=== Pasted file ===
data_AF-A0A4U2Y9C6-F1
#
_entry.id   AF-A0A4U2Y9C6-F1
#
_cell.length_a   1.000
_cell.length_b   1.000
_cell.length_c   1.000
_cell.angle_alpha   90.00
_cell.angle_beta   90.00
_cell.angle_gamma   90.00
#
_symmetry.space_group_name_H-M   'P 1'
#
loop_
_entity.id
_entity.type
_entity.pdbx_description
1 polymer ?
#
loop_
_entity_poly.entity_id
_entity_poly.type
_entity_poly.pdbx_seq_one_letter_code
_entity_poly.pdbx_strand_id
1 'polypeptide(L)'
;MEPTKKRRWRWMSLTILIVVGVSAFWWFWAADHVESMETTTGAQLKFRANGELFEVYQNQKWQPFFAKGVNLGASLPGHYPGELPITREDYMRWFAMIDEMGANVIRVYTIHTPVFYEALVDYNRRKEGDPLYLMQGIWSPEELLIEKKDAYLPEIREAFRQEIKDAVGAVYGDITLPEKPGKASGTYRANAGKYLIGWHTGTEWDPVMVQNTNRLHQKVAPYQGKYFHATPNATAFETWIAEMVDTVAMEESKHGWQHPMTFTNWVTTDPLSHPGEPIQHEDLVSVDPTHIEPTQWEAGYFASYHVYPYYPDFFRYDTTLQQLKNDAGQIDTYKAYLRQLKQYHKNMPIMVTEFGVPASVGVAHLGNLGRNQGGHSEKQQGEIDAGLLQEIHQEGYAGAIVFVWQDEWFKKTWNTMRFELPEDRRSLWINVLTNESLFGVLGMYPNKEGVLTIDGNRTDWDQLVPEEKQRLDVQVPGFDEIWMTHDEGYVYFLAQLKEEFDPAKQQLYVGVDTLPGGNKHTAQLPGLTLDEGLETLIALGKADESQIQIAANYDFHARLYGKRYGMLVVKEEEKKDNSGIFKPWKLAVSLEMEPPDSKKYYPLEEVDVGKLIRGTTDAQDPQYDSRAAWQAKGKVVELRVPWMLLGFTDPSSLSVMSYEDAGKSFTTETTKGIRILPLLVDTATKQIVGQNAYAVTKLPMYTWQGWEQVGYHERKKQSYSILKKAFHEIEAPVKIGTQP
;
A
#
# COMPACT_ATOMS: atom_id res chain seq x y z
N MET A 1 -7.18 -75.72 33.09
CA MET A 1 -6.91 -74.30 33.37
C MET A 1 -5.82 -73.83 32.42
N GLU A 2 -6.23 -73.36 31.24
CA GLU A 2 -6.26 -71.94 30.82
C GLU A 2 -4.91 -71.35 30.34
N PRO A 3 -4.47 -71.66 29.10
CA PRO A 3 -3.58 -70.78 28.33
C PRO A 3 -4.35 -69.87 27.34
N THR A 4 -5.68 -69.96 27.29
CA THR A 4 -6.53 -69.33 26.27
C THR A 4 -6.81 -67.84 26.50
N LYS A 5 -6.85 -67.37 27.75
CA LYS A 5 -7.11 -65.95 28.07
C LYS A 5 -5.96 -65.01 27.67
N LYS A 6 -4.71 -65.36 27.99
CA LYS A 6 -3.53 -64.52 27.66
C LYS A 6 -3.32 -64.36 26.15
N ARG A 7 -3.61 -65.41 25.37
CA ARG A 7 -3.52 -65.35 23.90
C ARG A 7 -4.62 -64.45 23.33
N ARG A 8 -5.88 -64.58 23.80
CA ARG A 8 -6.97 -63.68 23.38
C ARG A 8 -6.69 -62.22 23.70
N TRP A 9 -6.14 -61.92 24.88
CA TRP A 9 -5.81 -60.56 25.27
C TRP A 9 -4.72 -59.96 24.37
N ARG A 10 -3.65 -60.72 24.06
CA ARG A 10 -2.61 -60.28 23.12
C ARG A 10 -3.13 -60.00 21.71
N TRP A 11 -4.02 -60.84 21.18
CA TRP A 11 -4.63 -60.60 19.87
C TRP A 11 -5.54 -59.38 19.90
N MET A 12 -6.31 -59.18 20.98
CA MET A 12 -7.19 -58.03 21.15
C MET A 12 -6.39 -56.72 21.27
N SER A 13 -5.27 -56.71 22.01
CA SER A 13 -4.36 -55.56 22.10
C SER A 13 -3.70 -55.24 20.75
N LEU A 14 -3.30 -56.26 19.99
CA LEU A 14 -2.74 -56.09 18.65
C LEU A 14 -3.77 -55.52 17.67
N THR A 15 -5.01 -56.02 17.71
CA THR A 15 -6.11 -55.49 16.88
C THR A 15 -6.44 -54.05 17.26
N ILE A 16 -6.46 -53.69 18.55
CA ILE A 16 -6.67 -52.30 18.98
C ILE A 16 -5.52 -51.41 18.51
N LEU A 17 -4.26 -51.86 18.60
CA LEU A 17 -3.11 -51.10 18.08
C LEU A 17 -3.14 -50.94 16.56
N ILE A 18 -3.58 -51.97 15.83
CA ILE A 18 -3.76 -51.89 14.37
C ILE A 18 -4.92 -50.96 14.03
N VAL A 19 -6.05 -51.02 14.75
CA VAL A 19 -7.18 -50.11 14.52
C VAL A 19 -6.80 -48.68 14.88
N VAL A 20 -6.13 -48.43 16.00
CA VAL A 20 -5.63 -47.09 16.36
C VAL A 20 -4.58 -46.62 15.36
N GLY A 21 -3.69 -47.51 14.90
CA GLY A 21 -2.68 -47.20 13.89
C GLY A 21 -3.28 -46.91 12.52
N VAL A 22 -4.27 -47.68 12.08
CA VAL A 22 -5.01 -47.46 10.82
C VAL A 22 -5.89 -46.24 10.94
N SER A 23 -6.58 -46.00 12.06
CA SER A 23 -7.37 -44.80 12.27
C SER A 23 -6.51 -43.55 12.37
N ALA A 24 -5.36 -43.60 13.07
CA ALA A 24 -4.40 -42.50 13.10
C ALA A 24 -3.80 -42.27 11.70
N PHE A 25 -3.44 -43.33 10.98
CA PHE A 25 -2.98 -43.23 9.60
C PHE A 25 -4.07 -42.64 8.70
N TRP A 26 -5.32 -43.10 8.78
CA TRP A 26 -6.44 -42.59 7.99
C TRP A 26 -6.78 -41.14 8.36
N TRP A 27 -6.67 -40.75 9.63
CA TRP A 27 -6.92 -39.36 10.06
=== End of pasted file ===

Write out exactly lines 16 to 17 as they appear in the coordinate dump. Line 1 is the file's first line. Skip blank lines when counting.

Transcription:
_entity.type
_entity.pdbx_description